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New York fracking ban raises questions about peer review process

By   /   January 20, 2015  /   No Comments

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NO FRACKING AROUND: Activists like these from a 2013 rally in New York managed to get fracking banned.

By Karen Beseth | Watchdog Arena

Did a report peer-reviewed by environmental activists convince New York’s governor to ban fracking?

Last month Gov. Andrew Cuomo announced that the state would ban hydraulic fracturing, more commonly known as fracking, after acting Health Commissioner Howard Zucker completed a Public Health Review which concluded the practice could have adverse effects on public health.

Zucker and Cuomo claimed to have science on their side. Cuomo assured the public that he was simply “bound by the experts” and his decision was not political (Never mind that his administration edited a fracking study that didn’t fit with his agenda).

Zucker talked about “bona fide scientific literature” like this report. The problem is, the report was peer reviewed by anti-fracking activists, including Sandra Steingraber, who has been quite vocal about her opposition to fracking.

Daniel Fitzsimmons, president of the Joint Landowners Coalition of New York, told Watchdog Arena that Zucker based his review on “studies that were paid for by activists,” and said Zucker failed to look at both sides. He mentioned an Australian Health Survey as an example of research Zucker chose to ignore. Fitzsimmons believes the entire peer review process has been called into question, considering that activists like Steingraber have a role in that process.

“They used studies paid for by activists and they pay for the studies that come with the result they want,” he said.

Steingraber and her fellow peer reviewers attested to having “no competing interests,” although it’s clear that isn’t true.

The Breaking Energy blog pointed out the obvious conflicts of interests in a recent blog post, noting:

Steingraber is the co-founder of New Yorkers Against Fracking and, according to that group, ‘is a central voice in the fight against fracking.’ [Robert] Oswald co-authored a book that claims ‘fracking poses a dire threat,’ campaigned to ban shale gas development in his upstate New York home town, and has advocated that local zoning laws be used as a ‘weapon in the war against fracking.’ [Jerome] Paulson, a physician based in Washington, D.C., has teamed up with Steingraber and other activist groups to lobby against shale gas development in New York and ‘has called for a moratorium on all drilling,’ according to The Public Record.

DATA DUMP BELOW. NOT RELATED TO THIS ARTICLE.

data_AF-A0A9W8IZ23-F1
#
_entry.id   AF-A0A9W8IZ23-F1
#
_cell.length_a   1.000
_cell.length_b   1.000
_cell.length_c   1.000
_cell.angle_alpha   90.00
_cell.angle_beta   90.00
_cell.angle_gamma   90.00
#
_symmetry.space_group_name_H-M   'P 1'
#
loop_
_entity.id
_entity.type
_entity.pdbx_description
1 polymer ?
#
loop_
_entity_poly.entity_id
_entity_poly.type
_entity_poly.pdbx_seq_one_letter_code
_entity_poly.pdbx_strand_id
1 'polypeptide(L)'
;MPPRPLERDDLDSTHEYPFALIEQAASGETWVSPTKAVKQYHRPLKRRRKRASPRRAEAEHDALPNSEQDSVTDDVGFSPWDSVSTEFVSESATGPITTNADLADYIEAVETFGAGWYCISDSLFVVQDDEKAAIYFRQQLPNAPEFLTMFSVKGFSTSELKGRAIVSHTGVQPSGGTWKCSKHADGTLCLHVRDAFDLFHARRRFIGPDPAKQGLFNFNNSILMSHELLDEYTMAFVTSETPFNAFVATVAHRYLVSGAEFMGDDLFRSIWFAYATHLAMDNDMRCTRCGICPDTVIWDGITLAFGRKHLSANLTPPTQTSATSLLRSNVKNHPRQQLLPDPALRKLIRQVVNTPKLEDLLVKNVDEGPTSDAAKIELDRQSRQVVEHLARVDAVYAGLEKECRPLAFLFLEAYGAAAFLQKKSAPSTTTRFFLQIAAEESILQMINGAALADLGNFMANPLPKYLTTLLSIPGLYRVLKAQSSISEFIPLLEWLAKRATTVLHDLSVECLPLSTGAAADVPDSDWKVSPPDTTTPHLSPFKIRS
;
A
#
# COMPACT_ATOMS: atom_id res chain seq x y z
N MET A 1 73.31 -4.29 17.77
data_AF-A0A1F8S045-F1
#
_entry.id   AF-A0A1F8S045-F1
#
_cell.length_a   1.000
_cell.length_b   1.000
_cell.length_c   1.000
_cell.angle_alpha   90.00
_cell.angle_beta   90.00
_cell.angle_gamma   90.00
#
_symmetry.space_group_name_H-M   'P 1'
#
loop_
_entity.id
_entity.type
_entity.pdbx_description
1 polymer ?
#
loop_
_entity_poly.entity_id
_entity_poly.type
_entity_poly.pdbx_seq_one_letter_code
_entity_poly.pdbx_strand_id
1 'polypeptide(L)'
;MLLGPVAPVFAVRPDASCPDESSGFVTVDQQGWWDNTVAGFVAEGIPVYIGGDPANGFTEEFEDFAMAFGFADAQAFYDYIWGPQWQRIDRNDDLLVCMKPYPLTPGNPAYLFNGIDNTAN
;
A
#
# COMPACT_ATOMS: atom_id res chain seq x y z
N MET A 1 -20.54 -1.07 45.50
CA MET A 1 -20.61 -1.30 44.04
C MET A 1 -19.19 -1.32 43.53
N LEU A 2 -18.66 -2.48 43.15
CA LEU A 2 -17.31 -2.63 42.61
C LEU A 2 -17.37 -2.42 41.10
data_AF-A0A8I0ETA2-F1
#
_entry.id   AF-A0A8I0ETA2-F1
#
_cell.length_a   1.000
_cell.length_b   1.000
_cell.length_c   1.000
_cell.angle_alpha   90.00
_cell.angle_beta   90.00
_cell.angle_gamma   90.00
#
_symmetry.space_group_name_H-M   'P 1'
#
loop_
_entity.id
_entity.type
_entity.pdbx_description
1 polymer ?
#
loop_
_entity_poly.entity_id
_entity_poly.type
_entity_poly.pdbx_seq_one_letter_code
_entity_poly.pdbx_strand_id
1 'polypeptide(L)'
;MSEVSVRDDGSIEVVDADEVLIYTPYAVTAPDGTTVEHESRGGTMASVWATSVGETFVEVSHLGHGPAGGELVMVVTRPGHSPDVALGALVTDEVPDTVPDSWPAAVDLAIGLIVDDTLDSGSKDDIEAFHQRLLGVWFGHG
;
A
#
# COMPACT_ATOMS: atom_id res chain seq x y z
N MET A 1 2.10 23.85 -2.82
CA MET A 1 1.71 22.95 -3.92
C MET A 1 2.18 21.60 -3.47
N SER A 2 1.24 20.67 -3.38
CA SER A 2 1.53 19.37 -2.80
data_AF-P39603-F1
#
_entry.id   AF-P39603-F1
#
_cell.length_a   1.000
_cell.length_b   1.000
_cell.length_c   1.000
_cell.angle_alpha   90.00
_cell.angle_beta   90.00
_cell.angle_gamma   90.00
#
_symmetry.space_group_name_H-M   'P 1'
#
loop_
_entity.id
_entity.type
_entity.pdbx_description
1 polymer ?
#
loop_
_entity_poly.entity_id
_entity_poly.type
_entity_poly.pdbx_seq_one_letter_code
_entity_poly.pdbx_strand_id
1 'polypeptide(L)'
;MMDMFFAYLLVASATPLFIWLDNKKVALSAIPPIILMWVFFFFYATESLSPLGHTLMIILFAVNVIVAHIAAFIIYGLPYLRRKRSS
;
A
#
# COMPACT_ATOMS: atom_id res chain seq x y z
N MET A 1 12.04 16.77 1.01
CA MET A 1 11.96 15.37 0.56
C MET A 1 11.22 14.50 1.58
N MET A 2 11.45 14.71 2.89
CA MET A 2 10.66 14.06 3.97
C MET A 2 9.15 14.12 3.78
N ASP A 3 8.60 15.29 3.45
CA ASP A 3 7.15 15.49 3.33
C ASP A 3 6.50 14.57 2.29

As noted in the article, it seems fairly clear that this “violates well-established standards of peer review.” Also of concern is the fact that much of the research Zucker relied on for his review has been discredited by health departments in other states.

Fitzsimmons said he will continue to fight the ban and has been in touch with federal and state representatives, but won’t know what specific action can be taken until the DEC finalizes the decision.

Until then, he and others will continue to do their best to get the word out. His group will be part of a rally scheduled to coincide with Cuomo’s State of the State speech on Jan. 21. In the meantime, he’s hoping media outlets will report on the corruption of the peer review process.

This article was written by a contributor of Watchdog Arena, Franklin Center’s network of writers, bloggers, and citizen journalists.

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Karen Beseth lives with her family in Upstate New York. She works in the insurance industry and her personal blog is lonelyconservative.com. Find her on Twitter @lonelycon.